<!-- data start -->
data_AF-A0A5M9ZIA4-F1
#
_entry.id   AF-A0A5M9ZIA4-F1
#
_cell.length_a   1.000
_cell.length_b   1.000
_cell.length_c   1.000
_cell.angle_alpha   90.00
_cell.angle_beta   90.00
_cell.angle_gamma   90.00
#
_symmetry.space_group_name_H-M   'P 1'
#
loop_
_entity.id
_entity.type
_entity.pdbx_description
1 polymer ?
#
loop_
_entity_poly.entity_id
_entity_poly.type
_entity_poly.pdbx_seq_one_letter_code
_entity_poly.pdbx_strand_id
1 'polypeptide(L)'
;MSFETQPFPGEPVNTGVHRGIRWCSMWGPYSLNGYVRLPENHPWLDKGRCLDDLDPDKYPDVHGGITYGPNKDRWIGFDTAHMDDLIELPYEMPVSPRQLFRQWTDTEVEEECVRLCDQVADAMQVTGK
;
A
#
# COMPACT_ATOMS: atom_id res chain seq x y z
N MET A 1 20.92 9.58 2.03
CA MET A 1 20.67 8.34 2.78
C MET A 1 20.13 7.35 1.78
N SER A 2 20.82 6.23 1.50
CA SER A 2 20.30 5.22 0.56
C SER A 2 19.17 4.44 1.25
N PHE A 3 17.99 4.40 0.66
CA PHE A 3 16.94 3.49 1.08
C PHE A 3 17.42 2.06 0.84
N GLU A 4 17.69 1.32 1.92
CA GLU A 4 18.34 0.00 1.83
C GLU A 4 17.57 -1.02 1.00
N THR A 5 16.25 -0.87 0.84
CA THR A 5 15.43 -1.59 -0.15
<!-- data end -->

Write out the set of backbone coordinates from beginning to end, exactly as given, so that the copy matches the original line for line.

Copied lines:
data_AF-A0A5M9ZIA4-F1
#
_entry.id   AF-A0A5M9ZIA4-F1
#
_cell.length_a   1.000
_cell.length_b   1.000
_cell.length_c   1.000
_cell.angle_alpha   90.00
_cell.angle_beta   90.00
_cell.angle_gamma   90.00
#
_symmetry.space_group_name_H-M   'P 1'
#
loop_
_entity.id
_entity.type
_entity.pdbx_description
1 polymer ?
#
loop_
_entity_poly.entity_id
_entity_poly.type
_entity_poly.pdbx_seq_one_letter_code
_entity_poly.pdbx_strand_id
1 'polypeptide(L)'
;MSFETQPFPGEPVNTGVHRGIRWCSMWGPYSLNGYVRLPENHPWLDKGRCLDDLDPDKYPDVHGGITYGPNKDRWIGFDTAHMDDLIELPYEMPVSPRQLFRQWTDTEVEEECVRLCDQVADAMQVTGK
;
A
#
# COMPACT_ATOMS: atom_id res chain seq x y z
N MET A 1 20.92 9.58 2.03
CA MET A 1 20.67 8.34 2.78
C MET A 1 20.13 7.35 1.78
N SER A 2 20.82 6.23 1.50
CA SER A 2 20.30 5.22 0.56
C SER A 2 19.17 4.44 1.25
N PHE A 3 17.99 4.40 0.66
CA PHE A 3 16.94 3.49 1.08
C PHE A 3 17.42 2.06 0.84
N GLU A 4 17.69 1.32 1.92
CA GLU A 4 18.34 0.00 1.83
C GLU A 4 17.57 -1.02 1.00
N THR A 5 16.25 -0.87 0.84
CA THR A 5 15.43 -1.59 -0.15